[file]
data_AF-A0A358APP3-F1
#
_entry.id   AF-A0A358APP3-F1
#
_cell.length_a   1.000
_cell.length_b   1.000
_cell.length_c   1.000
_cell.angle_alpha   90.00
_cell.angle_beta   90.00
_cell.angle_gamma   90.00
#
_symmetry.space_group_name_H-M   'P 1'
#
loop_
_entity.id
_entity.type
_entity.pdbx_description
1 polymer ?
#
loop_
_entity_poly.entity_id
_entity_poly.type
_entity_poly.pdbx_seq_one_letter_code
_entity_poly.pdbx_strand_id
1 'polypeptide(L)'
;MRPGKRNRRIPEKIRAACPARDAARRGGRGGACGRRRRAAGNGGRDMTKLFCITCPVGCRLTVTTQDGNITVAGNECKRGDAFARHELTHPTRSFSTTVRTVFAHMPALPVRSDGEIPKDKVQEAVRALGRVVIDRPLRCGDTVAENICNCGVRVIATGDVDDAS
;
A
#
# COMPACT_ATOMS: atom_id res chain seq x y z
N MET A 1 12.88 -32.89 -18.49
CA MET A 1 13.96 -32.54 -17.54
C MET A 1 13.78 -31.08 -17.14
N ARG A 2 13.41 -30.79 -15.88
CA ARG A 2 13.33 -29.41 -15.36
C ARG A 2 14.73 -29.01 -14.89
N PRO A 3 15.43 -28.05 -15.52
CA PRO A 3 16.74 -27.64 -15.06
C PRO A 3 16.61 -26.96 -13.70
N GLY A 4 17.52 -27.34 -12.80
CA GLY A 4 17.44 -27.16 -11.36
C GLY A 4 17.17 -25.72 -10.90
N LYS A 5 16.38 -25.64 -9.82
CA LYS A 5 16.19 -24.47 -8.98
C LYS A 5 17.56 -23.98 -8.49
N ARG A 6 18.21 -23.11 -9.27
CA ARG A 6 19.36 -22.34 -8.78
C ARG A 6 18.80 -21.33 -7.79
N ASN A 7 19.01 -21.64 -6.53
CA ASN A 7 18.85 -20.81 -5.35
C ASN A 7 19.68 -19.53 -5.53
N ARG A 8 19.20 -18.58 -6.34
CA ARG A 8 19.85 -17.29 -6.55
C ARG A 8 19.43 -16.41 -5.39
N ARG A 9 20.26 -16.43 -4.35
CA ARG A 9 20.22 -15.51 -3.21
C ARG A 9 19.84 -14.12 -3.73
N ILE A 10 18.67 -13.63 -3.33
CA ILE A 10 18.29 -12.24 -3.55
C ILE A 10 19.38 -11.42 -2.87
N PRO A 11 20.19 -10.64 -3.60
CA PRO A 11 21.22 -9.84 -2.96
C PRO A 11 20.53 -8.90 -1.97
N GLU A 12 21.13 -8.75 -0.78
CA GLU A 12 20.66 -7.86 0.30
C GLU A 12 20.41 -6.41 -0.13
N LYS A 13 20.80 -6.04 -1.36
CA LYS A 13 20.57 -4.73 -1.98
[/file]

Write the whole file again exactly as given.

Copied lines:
data_AF-A0A358APP3-F1
#
_entry.id   AF-A0A358APP3-F1
#
_cell.length_a   1.000
_cell.length_b   1.000
_cell.length_c   1.000
_cell.angle_alpha   90.00
_cell.angle_beta   90.00
_cell.angle_gamma   90.00
#
_symmetry.space_group_name_H-M   'P 1'
#
loop_
_entity.id
_entity.type
_entity.pdbx_description
1 polymer ?
#
loop_
_entity_poly.entity_id
_entity_poly.type
_entity_poly.pdbx_seq_one_letter_code
_entity_poly.pdbx_strand_id
1 'polypeptide(L)'
;MRPGKRNRRIPEKIRAACPARDAARRGGRGGACGRRRRAAGNGGRDMTKLFCITCPVGCRLTVTTQDGNITVAGNECKRGDAFARHELTHPTRSFSTTVRTVFAHMPALPVRSDGEIPKDKVQEAVRALGRVVIDRPLRCGDTVAENICNCGVRVIATGDVDDAS
;
A
#
# COMPACT_ATOMS: atom_id res chain seq x y z
N MET A 1 12.88 -32.89 -18.49
CA MET A 1 13.96 -32.54 -17.54
C MET A 1 13.78 -31.08 -17.14
N ARG A 2 13.41 -30.79 -15.88
CA ARG A 2 13.33 -29.41 -15.36
C ARG A 2 14.73 -29.01 -14.89
N PRO A 3 15.43 -28.05 -15.52
CA PRO A 3 16.74 -27.64 -15.06
C PRO A 3 16.61 -26.96 -13.70
N GLY A 4 17.52 -27.34 -12.80
CA GLY A 4 17.44 -27.16 -11.36
C GLY A 4 17.17 -25.72 -10.90
N LYS A 5 16.38 -25.64 -9.82
CA LYS A 5 16.19 -24.47 -8.98
C LYS A 5 17.56 -23.98 -8.49
N ARG A 6 18.21 -23.11 -9.27
CA ARG A 6 19.36 -22.34 -8.78
C ARG A 6 18.80 -21.33 -7.79
N ASN A 7 19.01 -21.64 -6.53
CA ASN A 7 18.85 -20.81 -5.35
C ASN A 7 19.68 -19.53 -5.53
N ARG A 8 19.20 -18.58 -6.34
CA ARG A 8 19.85 -17.29 -6.55
C ARG A 8 19.43 -16.41 -5.39
N ARG A 9 20.26 -16.43 -4.35
CA ARG A 9 20.22 -15.51 -3.21
C ARG A 9 19.84 -14.12 -3.73
N ILE A 10 18.67 -13.63 -3.33
CA ILE A 10 18.29 -12.24 -3.55
C ILE A 10 19.38 -11.42 -2.87
N PRO A 11 20.19 -10.64 -3.60
CA PRO A 11 21.22 -9.84 -2.96
C PRO A 11 20.53 -8.90 -1.97
N GLU A 12 21.13 -8.75 -0.78
CA GLU A 12 20.66 -7.86 0.30
C GLU A 12 20.41 -6.41 -0.13
N LYS A 13 20.80 -6.04 -1.36
CA LYS A 13 20.57 -4.73 -1.98